CPB overwinters as an adult beetle. In the fall, they walk to the outer edges of the field and dig down into the soil. The beetle is partially protected from the cold by being underground, but it also enters a phase called diapause where it essentially shuts down most of its biological processes. To keep from freezing, the beetle can also produce internal anti-freeze, very similar to the compound that is used as antifreeze in a car or airplane. Since the beetle overwinters as an adult, as soon as temperatures warm in the spring and potato shoots start to emerge, the adult beetles will be the first stage spotted on your plants. You may see adults out on your potato shoots, or you will start to see the yellow-orange eggs on the back of leaves. A week later, larvae will start to hatch. Since each female can lay so many eggs, the later you wait to control the population, the larger it will be and the more damage you will incur. Therefore, it is important to start checking your potato plants for adults or eggs first thing in the spring. Potato plants can tolerate some damage, but at flowering even as low as 5-10 percent defoliation will cause a yield reduction. After flowering, the plants can tolerate up to 30 percent defoliation. However, be aware that the beetles can eat a lot, so what may seem like minimal damage one day, could quickly spiral out of control.
In the home garden, treatment options for CPB vary based on the size of the potato patch. For a smaller patch, the best method is to pick off the beetles by hand and put them into a dish of soapy water. If you are checking for them early and often, you can greatly decrease the number of beetles. Any eggs or larvae that you come across should also be destroyed. Make sure to wash your hands after handling adult beetles, because they contain a substance that can irritate sensitive skin. Since the adult beetles overwinter on the edge of the field and then walk into the crop in the spring, another option is to build a barrier or dig a trench to keep them from reaching your new crop. Trenches 18 inches deep and 18 inches wide lined with plastic can trap the beetles. Trap crops and row covers can also work. If you choose to go the route of using an insecticide, beware that CPB are resistant to most insecticides, so even though the label might say that it will work, many are no longer effective.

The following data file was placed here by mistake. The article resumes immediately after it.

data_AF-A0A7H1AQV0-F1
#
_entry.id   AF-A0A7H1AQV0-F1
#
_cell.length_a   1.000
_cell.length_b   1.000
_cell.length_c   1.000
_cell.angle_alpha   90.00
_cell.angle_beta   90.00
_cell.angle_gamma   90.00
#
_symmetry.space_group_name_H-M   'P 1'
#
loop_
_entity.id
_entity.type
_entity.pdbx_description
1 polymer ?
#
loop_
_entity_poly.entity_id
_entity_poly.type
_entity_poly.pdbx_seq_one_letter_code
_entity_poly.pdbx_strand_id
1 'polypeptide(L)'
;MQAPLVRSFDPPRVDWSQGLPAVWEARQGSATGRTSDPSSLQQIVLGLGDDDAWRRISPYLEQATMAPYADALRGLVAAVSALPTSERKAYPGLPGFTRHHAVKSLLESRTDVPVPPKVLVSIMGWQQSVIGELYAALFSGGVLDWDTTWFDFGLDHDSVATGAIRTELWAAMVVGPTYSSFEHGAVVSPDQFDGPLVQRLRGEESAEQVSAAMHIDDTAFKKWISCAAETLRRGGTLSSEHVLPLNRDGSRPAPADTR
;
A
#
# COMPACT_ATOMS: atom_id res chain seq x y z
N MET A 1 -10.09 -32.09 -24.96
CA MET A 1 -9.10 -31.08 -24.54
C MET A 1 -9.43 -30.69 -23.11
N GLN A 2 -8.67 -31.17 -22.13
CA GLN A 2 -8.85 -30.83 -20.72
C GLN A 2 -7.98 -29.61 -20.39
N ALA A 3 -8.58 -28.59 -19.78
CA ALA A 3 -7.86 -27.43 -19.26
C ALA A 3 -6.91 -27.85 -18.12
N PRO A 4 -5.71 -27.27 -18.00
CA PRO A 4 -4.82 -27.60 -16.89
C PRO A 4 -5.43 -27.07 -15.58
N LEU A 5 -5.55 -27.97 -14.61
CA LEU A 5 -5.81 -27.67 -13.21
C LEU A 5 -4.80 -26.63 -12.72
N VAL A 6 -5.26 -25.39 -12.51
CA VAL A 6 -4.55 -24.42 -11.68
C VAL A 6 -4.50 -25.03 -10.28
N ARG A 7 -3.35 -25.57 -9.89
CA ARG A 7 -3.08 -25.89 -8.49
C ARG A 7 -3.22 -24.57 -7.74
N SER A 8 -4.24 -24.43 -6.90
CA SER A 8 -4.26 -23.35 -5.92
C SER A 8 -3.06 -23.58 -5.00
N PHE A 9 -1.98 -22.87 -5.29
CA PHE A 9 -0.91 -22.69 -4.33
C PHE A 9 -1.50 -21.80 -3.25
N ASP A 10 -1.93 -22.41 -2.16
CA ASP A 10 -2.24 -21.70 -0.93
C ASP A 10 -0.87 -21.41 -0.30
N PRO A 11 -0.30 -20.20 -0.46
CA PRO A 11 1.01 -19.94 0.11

In Wisconsin, many of the CPB populations are resistant to carbaryl (Sevin) so this product likely won’t work. Bacillus thuringiensis var. tenebreonis, a naturally occurring soil-borne bacterium that is harmless to people, animals, and plants, has shown to still be effective against CPB. When buying this product, however, make sure to purchase Bt var. tenebreonis (Btt) and not Bt var. kurstaki (Btk), which is more commonly available. Btk is only effective against caterpillars (moth and butterfly larvae) and will not have any effect against beetle larvae. Timing is critical for insecticide applications, because small larvae are most susceptible. Applying a product when the beetles are pupating or directly to large larvae or adults, will either have no effect or greatly reduce the efficacy of the product. If populations reach levels that are too high to control, the best option is to plant something other than potatoes, eggplants, or tomatoes, for a year or more, along with removing any weeds that the beetles might also eat.
If you’d like more information on how to control the Colorado potato beetle, check out publication A3678 at the UW-Extension Learning Store (learningstore.uwex.edu) or stop by the Door County Extension office.